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Grand Canyon University student says she was ‘silenced’ about ‘biased’ econ textbook

‘Taxing the wealthy to raise the living standards of the poor can potentially make everyone better off’

A Grand Canyon University student says she has not been allowed to offer her opinions in class while her econ textbook is full of them.

Elizabeth Olson sent excerpts of the book, “Essentials of Economics” by Gregory Mankiw, to The College Fix and a syllabus showing it is being used for assignments and discussions throughout the course at the private Christian Arizona university.

The author, a Harvard University professor, advocates for government solutions to economic issues.

“Because of the free-rider problem, eliminating poverty through private charity will probably not work,” one page reads. “Yet government action can solve this problem.”

“Taxing the wealthy to raise the living standards of the poor can potentially make everyone better off,” the book also states. “The poor are better off because they now enjoy a better standard of living, and those paying the taxes are better off because they enjoy living in a society with less poverty.”

One chapter criticized former President Donald Trump’s “inaction” on climate policy and argues for taxing carbon emissions. It cited a Chicago Tribune editorial that endorsed a bipartisan group that included Mankiw.

“Right now, most people in Washington show little interest in finding sensible solutions that can attract support across the political spectrum,” the Tribune wrote. “If and when that changes, the carbon dividends plan should be high on the list.”

The book’s author said he teaches “mainstream economics without any ideological bias” in an email to The Fix. “I should note that there was a time when my introductory course (based on my book) was accused of a conservative bias,” Mankiw told The Fix.

The Harvard professor has served several Republican officials as an economic adviser.

Student calls book ‘tax propaganda’

“The whole book” is “tax propaganda,” Olson told The Fix during a phone interview. However, the undergraduate student was told her own opinions were “not welcome” in online class discussions.

The Fix viewed screenshots of messages in which Olson’s professor, Kathy Archer, explained why she had blocked her discussion post.

“I have hidden your Participation post in response to the discussion question about how the destruction of Ukrainian power plants will affect Ukrain[e]’s PPF [production possibilities frontier],” Archer told her. “Partisan political discussions are not welcome here.”

“Please focus your responses on the underlying economic concepts,” Archer said. “For instance, in this question your thoughts on whether Russia’s invasion of Ukraine is just are inappropriate and off-topic.”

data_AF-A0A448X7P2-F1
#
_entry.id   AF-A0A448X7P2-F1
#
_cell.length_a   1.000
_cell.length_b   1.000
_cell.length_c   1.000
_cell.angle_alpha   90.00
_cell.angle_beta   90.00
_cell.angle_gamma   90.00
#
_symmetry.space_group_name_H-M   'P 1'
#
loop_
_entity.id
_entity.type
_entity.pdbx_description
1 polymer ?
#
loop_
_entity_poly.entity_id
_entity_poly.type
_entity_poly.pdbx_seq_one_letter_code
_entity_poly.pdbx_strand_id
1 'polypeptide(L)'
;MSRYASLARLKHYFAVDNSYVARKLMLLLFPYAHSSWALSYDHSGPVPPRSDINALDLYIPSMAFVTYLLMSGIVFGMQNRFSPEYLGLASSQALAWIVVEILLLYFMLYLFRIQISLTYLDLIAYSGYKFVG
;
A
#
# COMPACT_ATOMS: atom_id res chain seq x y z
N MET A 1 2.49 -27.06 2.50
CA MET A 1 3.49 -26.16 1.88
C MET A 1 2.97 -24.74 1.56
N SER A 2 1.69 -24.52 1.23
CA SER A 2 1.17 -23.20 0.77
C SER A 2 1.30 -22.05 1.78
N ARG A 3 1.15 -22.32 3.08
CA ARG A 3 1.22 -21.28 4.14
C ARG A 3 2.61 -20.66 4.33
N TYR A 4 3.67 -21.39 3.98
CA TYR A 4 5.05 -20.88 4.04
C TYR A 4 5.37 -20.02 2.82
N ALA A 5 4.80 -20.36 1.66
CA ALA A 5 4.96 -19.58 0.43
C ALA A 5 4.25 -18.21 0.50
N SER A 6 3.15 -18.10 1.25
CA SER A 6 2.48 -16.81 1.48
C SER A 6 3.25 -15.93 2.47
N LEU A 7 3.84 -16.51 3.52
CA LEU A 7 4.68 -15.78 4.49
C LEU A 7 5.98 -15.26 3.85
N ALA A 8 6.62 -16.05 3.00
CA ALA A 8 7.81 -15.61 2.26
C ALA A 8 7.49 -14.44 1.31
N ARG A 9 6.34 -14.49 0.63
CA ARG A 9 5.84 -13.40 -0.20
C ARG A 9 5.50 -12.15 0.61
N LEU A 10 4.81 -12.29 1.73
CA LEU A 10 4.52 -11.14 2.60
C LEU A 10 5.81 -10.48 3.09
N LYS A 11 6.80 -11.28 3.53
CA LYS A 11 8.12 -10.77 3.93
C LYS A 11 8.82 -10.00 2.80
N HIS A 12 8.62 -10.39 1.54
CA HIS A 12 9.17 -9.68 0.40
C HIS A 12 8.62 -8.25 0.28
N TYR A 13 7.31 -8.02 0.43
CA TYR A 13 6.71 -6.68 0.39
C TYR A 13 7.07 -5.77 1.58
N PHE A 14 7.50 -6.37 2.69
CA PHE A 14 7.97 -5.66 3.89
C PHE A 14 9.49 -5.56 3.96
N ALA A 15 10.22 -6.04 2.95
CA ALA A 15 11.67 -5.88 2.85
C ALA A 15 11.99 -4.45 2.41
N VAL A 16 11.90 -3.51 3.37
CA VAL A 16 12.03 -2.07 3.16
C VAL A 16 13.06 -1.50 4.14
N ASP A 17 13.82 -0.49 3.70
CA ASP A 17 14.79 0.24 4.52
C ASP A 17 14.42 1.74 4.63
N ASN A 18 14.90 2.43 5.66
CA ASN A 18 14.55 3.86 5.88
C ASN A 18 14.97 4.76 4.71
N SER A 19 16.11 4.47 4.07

Archer emphasized that parts of Olson’s post had “good ideas” on the classroom topic but that she should “edit the post to meet the guidelines and re-post it for credit.”

Olson told her, “Your textbook is partisan” and argued that “economics goes hand in hand with politics.”

Archer replied that “economics is a science, based on data not opinion.” When Olson continued to press the professor about the opinions in “Essentials of Economics,” she deferred to GCU’s curriculum choices.

“This is the textbook that GCU has chosen for this class,” she said. “My job is to teach it. Your job is to learn it.”

“Your grade will be based on your ability to demonstrate understanding of the economics concepts in this textbook through discussion posts, topic assignments, and topic quizzes,” Archer said. “Partisan debate is left to social media.”

The Fix asked Archer via email why she trusts the content of the textbook, if there is a meaningful difference between the author’s opinions and Olson’s, and for any other context on the dispute. Archer deferred to GCU’s media team, which has not responded to two inquiries about the textbook and curricular standards in the past two weeks.

“I was warned going back to school that it would be like this, and I didn’t think it would be, but it is,” Olson told The Fix.

“The fact that you can’t speak about it respectfully… and you’re being silenced, that’s wrong,” Olson, who calls herself a “capitalist,” said.

“I feel like all Americans should be concerned about biased textbooks.”

MORE: American Economics Association dominated by Democrats

IMAGES: Cengage; College Fix edits

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About the Author
College Fix contributor Hudson Crozier is a student at the University of North Texas studying journalism and political science. He is senior contributor for Upward News and has also written for The Federalist, Red Liberty Media, and others.